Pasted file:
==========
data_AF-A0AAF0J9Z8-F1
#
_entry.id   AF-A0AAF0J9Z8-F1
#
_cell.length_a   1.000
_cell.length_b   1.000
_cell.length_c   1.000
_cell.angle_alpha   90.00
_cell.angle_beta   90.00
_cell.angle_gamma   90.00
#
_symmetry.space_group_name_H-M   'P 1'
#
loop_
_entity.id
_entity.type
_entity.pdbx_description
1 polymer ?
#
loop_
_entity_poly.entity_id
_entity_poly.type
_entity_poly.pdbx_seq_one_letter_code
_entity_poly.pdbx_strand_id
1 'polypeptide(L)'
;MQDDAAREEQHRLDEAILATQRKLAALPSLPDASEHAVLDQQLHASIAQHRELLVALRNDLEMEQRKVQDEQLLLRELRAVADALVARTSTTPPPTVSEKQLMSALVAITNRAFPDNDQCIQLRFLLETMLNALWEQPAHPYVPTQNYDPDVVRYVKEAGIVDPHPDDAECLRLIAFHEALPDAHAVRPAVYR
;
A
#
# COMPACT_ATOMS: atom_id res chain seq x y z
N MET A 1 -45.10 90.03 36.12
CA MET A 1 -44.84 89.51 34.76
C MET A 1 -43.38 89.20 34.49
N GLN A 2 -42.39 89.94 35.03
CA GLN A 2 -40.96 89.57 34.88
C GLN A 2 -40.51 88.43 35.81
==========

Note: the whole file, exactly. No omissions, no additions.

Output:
data_AF-A0AAF0J9Z8-F1
#
_entry.id   AF-A0AAF0J9Z8-F1
#
_cell.length_a   1.000
_cell.length_b   1.000
_cell.length_c   1.000
_cell.angle_alpha   90.00
_cell.angle_beta   90.00
_cell.angle_gamma   90.00
#
_symmetry.space_group_name_H-M   'P 1'
#
loop_
_entity.id
_entity.type
_entity.pdbx_description
1 polymer ?
#
loop_
_entity_poly.entity_id
_entity_poly.type
_entity_poly.pdbx_seq_one_letter_code
_entity_poly.pdbx_strand_id
1 'polypeptide(L)'
;MQDDAAREEQHRLDEAILATQRKLAALPSLPDASEHAVLDQQLHASIAQHRELLVALRNDLEMEQRKVQDEQLLLRELRAVADALVARTSTTPPPTVSEKQLMSALVAITNRAFPDNDQCIQLRFLLETMLNALWEQPAHPYVPTQNYDPDVVRYVKEAGIVDPHPDDAECLRLIAFHEALPDAHAVRPAVYR
;
A
#
# COMPACT_ATOMS: atom_id res chain seq x y z
N MET A 1 -45.10 90.03 36.12
CA MET A 1 -44.84 89.51 34.76
C MET A 1 -43.38 89.20 34.49
N GLN A 2 -42.39 89.94 35.03
CA GLN A 2 -40.96 89.57 34.88
C GLN A 2 -40.51 88.43 35.81